Japanese “cloisonné” enamel
French gilt-bronze mounts
Beautiful pair of polychrome “cloisonné” enamel display dishes attributed to A. Giroux, decorated with birds flying over rushes and flowers on a sky blue background, bordered with a stylized foliate motif frieze. Finely mounted with gilded bronze ornaments such bamboos, masks and scrolls.
Alphonse Giroux and company, famous curiosity and luxury goods shop was situated at No. 7 rue du Coq-Saint-Honoré and in business from the time of the Consulate until the end of the Second Empire. The company was founded by Francois-Simon-Alphonse and continued in 1838 by his two sons, Alphonse-Gustave (1810-1886) and André (1801-1879).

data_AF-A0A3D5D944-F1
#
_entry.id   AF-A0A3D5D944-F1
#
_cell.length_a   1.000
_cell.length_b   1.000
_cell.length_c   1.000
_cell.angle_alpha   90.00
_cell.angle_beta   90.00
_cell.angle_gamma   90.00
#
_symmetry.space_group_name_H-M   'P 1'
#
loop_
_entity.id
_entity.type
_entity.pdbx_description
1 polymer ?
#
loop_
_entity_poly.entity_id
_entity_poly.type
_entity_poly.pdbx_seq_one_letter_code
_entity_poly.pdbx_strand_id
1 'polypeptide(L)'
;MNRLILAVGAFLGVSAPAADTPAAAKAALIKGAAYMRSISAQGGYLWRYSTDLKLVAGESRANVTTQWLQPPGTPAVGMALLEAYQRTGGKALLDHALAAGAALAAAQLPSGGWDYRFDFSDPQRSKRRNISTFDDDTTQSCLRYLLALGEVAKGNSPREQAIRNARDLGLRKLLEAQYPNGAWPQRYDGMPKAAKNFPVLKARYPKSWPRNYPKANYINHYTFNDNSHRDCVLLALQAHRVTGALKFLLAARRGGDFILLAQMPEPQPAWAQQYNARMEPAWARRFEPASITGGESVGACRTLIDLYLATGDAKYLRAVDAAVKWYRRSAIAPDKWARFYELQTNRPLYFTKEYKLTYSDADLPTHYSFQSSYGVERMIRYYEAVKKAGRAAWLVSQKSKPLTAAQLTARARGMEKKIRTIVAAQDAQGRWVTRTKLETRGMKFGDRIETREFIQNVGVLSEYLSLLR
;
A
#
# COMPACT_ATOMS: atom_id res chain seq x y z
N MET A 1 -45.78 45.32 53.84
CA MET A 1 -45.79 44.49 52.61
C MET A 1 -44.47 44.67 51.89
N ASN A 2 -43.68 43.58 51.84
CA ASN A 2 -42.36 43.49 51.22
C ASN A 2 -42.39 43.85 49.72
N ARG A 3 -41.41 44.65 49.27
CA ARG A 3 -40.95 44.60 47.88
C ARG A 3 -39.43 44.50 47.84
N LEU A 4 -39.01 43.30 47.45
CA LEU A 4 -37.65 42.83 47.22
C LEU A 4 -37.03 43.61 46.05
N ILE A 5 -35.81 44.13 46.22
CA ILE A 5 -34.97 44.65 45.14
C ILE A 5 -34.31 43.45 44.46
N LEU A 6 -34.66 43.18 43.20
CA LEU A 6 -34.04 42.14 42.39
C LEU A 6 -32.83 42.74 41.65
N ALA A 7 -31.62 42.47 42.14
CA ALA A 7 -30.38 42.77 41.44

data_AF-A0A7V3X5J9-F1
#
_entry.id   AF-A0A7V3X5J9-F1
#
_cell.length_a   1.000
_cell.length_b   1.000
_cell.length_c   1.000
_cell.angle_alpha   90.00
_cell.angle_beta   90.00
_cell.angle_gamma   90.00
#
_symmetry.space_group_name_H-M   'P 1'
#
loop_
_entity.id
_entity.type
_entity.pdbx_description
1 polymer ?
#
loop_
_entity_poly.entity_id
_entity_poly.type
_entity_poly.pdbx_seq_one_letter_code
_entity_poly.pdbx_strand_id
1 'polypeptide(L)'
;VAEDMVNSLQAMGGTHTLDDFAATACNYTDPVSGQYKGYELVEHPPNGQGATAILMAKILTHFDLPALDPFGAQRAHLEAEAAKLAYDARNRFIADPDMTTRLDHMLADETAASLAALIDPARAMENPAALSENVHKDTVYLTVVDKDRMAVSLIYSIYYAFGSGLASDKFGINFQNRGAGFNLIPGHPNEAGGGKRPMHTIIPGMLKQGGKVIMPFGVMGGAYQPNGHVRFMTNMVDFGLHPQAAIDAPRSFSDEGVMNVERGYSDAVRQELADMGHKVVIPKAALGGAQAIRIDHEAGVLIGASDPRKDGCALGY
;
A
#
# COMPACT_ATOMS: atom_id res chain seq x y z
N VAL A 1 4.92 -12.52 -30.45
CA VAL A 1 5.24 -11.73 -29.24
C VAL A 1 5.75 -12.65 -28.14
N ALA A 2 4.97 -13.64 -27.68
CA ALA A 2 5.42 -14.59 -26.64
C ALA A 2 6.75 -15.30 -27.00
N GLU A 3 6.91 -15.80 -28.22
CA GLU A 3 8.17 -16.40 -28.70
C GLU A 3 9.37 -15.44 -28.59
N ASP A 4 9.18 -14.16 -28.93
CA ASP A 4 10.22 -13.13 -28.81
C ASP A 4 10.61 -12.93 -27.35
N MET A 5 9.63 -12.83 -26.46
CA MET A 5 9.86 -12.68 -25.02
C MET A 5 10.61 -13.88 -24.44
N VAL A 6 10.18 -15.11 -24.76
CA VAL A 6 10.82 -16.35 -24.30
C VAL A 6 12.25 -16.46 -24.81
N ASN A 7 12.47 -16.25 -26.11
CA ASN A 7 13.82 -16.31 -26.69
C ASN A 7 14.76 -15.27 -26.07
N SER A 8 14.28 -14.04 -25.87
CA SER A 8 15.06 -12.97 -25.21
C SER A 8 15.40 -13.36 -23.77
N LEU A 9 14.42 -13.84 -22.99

The father became a close associate of the royal family and specialized in the manufacture of refined items for gifts, winning a silver medal at the in 1834. Kings Louis XVIII and then Charles X were both supplied with gifts for “The Children of France” by Giroux. Making progressively small furniture, they were mentioned for the first time in 1837 in the class “cabinet-makers” in the Paris Almanach. It was Alphonse-Gustave, however, who really expanded the activities of the firm as is testified by the report of the jury at the 1839 Products of Industry Exhibition awarding him another silver medal. Alphonse was also quick to participate in the famous and soon figured among the best in the luxury goods business. After buying a writing desk at the 1855 Universal Exhibition Napoleon IIIrd bought several other pieces of furniture, candelabras and clocks from Giroux for the Compiègne Palace. In 1857 Alphonse Giroux transferred his shop to No. 43, boulevard des Capucines where he continued to do business until 1867, when he ceded the company to Duvinage and Harinkouck.